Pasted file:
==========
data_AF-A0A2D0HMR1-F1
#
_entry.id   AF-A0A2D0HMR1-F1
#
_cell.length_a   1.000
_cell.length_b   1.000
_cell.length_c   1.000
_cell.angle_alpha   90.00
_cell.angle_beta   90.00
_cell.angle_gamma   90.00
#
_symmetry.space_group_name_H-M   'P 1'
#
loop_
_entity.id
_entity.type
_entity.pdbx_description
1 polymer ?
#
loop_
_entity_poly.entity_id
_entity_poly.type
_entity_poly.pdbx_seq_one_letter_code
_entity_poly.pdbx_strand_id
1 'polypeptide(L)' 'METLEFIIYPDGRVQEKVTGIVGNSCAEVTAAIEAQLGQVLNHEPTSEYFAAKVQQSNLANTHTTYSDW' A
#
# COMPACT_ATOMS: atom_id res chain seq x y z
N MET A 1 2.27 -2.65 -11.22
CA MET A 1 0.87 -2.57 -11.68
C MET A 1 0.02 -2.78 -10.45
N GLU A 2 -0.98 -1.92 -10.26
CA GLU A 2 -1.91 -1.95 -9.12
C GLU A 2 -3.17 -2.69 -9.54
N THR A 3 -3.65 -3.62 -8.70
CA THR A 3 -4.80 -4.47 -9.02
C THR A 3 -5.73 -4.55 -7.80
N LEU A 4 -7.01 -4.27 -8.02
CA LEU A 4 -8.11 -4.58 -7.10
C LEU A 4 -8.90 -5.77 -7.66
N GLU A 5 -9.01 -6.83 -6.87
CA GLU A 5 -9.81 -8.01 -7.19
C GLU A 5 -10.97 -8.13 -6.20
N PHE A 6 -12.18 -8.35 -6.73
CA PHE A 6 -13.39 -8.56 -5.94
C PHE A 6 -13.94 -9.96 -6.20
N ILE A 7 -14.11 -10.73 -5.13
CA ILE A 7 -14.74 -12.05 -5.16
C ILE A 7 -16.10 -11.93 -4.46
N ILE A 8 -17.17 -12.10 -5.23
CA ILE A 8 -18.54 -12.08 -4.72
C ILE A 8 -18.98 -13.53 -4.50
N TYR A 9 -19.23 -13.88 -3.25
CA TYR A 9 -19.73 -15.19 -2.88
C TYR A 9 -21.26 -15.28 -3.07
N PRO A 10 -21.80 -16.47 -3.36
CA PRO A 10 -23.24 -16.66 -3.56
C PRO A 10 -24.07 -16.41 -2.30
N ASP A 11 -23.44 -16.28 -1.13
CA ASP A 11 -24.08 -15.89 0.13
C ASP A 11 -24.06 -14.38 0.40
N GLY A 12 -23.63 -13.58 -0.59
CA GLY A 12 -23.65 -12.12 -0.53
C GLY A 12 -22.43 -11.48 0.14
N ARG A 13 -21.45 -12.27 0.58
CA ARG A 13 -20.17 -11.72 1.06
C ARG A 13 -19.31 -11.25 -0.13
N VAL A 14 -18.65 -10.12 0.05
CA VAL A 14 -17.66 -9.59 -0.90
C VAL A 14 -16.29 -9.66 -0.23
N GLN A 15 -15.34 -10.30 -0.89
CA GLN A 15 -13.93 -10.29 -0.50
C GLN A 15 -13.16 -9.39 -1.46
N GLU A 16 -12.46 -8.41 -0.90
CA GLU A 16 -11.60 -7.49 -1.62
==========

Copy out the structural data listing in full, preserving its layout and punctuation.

data_AF-A0A2D0HMR1-F1
#
_entry.id   AF-A0A2D0HMR1-F1
#
_cell.length_a   1.000
_cell.length_b   1.000
_cell.length_c   1.000
_cell.angle_alpha   90.00
_cell.angle_beta   90.00
_cell.angle_gamma   90.00
#
_symmetry.space_group_name_H-M   'P 1'
#
loop_
_entity.id
_entity.type
_entity.pdbx_description
1 polymer ?
#
loop_
_entity_poly.entity_id
_entity_poly.type
_entity_poly.pdbx_seq_one_letter_code
_entity_poly.pdbx_strand_id
1 'polypeptide(L)' 'METLEFIIYPDGRVQEKVTGIVGNSCAEVTAAIEAQLGQVLNHEPTSEYFAAKVQQSNLANTHTTYSDW' A
#
# COMPACT_ATOMS: atom_id res chain seq x y z
N MET A 1 2.27 -2.65 -11.22
CA MET A 1 0.87 -2.57 -11.68
C MET A 1 0.02 -2.78 -10.45
N GLU A 2 -0.98 -1.92 -10.26
CA GLU A 2 -1.91 -1.95 -9.12
C GLU A 2 -3.17 -2.69 -9.54
N THR A 3 -3.65 -3.62 -8.70
CA THR A 3 -4.80 -4.47 -9.02
C THR A 3 -5.73 -4.55 -7.80
N LEU A 4 -7.01 -4.27 -8.02
CA LEU A 4 -8.11 -4.58 -7.10
C LEU A 4 -8.90 -5.77 -7.66
N GLU A 5 -9.01 -6.83 -6.87
CA GLU A 5 -9.81 -8.01 -7.19
C GLU A 5 -10.97 -8.13 -6.20
N PHE A 6 -12.18 -8.35 -6.73
CA PHE A 6 -13.39 -8.56 -5.94
C PHE A 6 -13.94 -9.96 -6.20
N ILE A 7 -14.11 -10.73 -5.13
CA ILE A 7 -14.74 -12.05 -5.16
C ILE A 7 -16.10 -11.93 -4.46
N ILE A 8 -17.17 -12.10 -5.23
CA ILE A 8 -18.54 -12.08 -4.72
C ILE A 8 -18.98 -13.53 -4.50
N TYR A 9 -19.23 -13.88 -3.25
CA TYR A 9 -19.73 -15.19 -2.88
C TYR A 9 -21.26 -15.28 -3.07
N PRO A 10 -21.80 -16.47 -3.36
CA PRO A 10 -23.24 -16.66 -3.56
C PRO A 10 -24.07 -16.41 -2.30
N ASP A 11 -23.44 -16.28 -1.13
CA ASP A 11 -24.08 -15.89 0.13
C ASP A 11 -24.06 -14.38 0.40
N GLY A 12 -23.63 -13.58 -0.59
CA GLY A 12 -23.65 -12.12 -0.53
C GLY A 12 -22.43 -11.48 0.14
N ARG A 13 -21.45 -12.27 0.58
CA ARG A 13 -20.17 -11.72 1.06
C ARG A 13 -19.31 -11.25 -0.13
N VAL A 14 -18.65 -10.12 0.05
CA VAL A 14 -17.66 -9.59 -0.90
C VAL A 14 -16.29 -9.66 -0.23
N GLN A 15 -15.34 -10.30 -0.89
CA GLN A 15 -13.93 -10.29 -0.50
C GLN A 15 -13.16 -9.39 -1.46
N GLU A 16 -12.46 -8.41 -0.90
CA GLU A 16 -11.60 -7.49 -1.62